On the lighter side is the local-heirloom-tomato tasting ($10, seasonal), a delightfully simple assortment of tomatoes, cucumbers and fresh burratta cheese drizzled with honey and white balsamic vinaigrette. The B.L.T. salad ($7) incorporates iceberg lettuce, applewood bacon crisps, oven-roasted tomatoes, avocado, Gorgonzola, blue cheese and a green-goddess dressing; it sounds great, but somehow, the components don’t mesh to create a satisfying whole.
Entrées range widely in price from a $9 hamburger to the $34 filet and short-rib duo. Once discovered, the burger will surely rank among the top in the region. Its lures include 8 ounces of Angus chuck topped with melted white Cheddar cheese on a light, fresh onion-poppy seed bun. What’s more, it’s accompanied by a parchment cone filled with crispy, salty french fries and truffle aïoli (how could that be bad?).

One entrée I recommend is the delicate horseradish and crab-crusted salmon ($22, seasonal), served with crispy fried gnocchi, a crab cake and haricot verts (or green beans) with béarnaise sauce. It’s a piece of fish that’s coated in a mildly spicy sauce and cooked to medium. Also delicious is the grilled filet and braised-beef short ribs—tender and well-prepared when I sampled—with the meat done two ways and served on a rectangular plate. White-cheddar creamed corn and roasted baby vegetables took center stage in the middle.

Another meat duo comes in the form of Kennedy’s Farm chicken two ways ($19), featuring a seared breast with wilted spinach and forest mushrooms alongside a stuffed leg. The breast was tasty, but the leg was dry.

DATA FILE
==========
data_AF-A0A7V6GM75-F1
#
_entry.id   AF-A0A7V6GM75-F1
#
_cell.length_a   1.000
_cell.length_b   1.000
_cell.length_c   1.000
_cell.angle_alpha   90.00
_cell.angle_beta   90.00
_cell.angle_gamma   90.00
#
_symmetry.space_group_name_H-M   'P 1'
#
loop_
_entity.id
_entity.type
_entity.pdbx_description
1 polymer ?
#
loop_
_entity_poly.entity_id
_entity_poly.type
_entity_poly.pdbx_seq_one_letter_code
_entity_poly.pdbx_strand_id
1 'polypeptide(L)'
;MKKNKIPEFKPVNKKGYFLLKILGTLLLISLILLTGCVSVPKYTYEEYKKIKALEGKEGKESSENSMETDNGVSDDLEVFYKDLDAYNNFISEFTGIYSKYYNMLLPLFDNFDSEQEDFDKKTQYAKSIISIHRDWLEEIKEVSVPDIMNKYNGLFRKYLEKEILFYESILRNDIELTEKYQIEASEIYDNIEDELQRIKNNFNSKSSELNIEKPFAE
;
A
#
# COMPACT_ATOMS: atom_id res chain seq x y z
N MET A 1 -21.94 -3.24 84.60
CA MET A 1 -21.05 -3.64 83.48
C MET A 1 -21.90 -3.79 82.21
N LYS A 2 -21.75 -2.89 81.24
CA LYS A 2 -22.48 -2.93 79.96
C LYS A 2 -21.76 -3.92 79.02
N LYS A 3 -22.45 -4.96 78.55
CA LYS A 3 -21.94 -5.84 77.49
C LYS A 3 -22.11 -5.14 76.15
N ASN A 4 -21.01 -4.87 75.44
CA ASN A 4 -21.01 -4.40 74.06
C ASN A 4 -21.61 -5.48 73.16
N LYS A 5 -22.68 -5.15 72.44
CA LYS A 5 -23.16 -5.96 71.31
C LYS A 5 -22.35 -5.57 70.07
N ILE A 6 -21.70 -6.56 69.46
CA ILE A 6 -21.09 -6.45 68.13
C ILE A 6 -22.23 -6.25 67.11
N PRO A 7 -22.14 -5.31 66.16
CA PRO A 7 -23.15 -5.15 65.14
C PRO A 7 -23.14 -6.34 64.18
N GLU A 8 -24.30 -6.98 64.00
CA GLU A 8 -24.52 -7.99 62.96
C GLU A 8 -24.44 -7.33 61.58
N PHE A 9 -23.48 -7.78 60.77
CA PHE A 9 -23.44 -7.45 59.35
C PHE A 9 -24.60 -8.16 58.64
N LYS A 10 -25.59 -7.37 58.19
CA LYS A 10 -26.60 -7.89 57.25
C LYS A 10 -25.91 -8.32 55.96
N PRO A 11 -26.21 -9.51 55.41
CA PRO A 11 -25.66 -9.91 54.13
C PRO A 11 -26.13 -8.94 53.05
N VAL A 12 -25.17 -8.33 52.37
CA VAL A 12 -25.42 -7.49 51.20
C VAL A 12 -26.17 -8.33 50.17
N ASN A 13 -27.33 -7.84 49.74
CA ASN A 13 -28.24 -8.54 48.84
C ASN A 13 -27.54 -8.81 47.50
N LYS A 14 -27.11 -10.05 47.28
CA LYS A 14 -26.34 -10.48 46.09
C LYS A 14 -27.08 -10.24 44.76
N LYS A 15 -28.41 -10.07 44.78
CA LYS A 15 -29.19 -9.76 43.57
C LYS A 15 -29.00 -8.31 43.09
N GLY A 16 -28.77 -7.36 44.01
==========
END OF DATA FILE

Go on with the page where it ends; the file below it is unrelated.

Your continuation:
One truly disappointing item that I tried was the Gorgonzola blue-cheese soufflé appetizer ($9), which tasted as if it had been prepared in advance and lacked the fluffiness typical in a fresh-out-of-the-oven soufflé.

Pastry chef Krista Owens, who creates Spoon’s desserts, moved to Pittsburgh from Tucson, Ariz., for Spoon. The desserts are so consistent in style with the rest of Spoon’s food that the transition from entrées to desserts is flawless. Like the entrées, the desserts benefit from a variety of fresh ingredients, including plenty of fruit, and are delicately and tastefully plated.

Having said that, I was underwhelmed by the actual taste and textures of the desserts. Knowing me to be a chocoholic, a number of people told me to try the chocolate three ways ($8): a chocolate-truffle beignet, milk-chocolate milk and a dark-chocolate mousse with pistachio granola. Unfortunately, the beignet and mousse flavors were pedestrian while the simpler milk stood above.

The citrus and vanilla-infused pound cake ($6), served with fig sorbet and port-wine syrup, was not buttery or tender enough to be swoon-worthy, although the sorbet was very good. The angel-food cake ($6), served with a poached apricot, almond brittle, and honey and vanilla whipped cream, also was not a standout.

Soon, I predict, Spoon will feel as if it’s always been there. The restaurant seems destined to become one of those places we visit over and over, not only for its “refined comfort food” but also because it makes us feel comfortable.

134 S. Highland Ave., East Liberty. Info: 412/362-6001, spoonpgh.com. Mon.-Thurs., 5-10 p.m.; Fri.-Sat., 5-11 p.m.; Sun., 5-9 p.m. Hot and Cold Appetizers: $4-$16; Entrées: $9-$34; Desserts: $6-$8. Full bar, specialty drinks, wine list, major credit cards accepted, wheelchair-accessible, valet ($3), no smoking, reservations accepted, street parking, hosts private events, takeout available at select times, will prepare gluten-friendly dishes upon request, outdoor seating, offers vegetarian entrées and will seat past 10:30 p.m.

Categories: From the Magazine, Restaurant Reviews